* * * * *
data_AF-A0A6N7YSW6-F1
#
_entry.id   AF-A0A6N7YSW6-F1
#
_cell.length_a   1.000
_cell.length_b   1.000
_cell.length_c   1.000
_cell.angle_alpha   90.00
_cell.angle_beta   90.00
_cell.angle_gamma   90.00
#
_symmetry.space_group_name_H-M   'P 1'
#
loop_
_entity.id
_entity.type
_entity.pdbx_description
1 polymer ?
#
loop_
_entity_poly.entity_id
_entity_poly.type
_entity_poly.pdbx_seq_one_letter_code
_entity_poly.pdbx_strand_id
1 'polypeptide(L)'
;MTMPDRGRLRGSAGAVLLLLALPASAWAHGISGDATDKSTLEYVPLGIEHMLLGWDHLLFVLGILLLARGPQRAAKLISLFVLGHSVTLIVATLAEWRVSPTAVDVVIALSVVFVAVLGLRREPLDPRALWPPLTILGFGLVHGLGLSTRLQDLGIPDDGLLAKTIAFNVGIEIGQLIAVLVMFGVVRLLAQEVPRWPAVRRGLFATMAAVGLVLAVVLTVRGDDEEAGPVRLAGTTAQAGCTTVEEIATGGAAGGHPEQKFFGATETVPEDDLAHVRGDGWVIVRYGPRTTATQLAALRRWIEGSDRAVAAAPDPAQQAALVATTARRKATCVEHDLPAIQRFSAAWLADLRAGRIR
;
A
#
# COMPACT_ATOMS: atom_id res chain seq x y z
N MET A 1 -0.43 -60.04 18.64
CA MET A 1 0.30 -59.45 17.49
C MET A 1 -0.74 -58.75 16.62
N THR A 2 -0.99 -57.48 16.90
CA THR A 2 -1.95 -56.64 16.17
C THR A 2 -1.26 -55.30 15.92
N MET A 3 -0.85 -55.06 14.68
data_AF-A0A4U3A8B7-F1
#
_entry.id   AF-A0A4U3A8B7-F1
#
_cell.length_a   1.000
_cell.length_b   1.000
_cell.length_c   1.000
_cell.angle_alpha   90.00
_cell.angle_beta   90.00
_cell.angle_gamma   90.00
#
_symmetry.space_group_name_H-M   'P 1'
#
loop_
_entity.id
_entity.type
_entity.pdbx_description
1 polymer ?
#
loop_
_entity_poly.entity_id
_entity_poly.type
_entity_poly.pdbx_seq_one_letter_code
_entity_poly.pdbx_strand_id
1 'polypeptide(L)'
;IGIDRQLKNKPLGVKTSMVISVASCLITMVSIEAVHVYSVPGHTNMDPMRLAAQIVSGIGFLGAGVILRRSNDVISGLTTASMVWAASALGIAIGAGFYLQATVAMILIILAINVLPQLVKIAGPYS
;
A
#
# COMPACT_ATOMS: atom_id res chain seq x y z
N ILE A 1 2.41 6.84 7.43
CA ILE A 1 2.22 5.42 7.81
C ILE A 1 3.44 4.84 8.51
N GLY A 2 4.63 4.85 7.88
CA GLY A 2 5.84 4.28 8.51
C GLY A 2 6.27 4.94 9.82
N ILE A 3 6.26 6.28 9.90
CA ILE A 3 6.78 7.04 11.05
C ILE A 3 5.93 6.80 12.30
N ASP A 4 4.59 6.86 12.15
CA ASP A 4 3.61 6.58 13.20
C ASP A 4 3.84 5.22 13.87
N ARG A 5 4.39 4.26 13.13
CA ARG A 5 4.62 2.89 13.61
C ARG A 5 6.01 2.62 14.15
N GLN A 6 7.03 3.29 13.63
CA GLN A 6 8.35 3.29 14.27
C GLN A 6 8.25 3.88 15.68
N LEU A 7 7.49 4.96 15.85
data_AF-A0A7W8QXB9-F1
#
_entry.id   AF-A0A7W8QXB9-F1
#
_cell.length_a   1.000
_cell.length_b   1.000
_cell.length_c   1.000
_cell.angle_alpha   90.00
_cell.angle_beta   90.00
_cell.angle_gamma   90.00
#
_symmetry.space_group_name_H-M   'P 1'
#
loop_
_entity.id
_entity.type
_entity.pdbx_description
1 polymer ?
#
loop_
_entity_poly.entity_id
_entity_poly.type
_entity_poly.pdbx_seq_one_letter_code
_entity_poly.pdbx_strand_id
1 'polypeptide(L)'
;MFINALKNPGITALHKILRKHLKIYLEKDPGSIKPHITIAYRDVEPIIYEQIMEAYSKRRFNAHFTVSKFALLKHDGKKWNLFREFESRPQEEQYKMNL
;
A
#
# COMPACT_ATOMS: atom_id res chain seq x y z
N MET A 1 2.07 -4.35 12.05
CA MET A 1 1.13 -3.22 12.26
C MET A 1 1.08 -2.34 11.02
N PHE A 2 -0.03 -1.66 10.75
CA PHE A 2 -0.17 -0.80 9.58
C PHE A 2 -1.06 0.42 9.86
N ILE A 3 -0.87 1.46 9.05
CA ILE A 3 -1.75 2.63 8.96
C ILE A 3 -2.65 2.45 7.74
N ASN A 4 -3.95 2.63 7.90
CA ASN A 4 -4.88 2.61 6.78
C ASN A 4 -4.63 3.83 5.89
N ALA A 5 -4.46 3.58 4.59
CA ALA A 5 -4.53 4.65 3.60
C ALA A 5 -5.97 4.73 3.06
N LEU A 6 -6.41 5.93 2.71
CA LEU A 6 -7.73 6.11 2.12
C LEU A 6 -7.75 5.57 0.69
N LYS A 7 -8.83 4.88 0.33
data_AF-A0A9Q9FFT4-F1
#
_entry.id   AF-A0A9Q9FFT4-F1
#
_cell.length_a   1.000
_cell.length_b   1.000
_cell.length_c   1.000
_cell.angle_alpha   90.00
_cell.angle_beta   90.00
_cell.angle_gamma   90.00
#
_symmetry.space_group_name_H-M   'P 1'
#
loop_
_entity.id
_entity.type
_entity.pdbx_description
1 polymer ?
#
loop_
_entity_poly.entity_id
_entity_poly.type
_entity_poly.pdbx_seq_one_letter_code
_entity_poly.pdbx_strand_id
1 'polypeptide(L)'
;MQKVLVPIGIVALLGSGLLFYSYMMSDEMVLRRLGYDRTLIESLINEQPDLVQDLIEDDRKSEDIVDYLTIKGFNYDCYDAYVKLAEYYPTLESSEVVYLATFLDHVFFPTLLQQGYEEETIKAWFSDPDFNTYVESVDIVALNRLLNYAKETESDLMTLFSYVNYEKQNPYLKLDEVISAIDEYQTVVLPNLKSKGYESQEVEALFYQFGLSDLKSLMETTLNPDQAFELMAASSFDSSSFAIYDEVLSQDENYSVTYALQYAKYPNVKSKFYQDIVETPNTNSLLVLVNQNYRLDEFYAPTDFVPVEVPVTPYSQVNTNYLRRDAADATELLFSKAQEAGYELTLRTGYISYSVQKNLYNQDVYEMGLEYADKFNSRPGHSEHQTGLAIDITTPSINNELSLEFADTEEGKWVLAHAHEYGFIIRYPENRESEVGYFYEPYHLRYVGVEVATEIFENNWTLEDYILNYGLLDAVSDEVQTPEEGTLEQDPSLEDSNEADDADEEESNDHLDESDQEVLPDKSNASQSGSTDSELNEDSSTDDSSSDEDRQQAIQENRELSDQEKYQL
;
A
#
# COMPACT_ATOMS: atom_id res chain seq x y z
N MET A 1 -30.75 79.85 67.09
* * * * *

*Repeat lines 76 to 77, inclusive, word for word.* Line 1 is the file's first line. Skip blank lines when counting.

C ILE A 3 5.93 6.80 12.30
N ASP A 4 4.59 6.86 12.15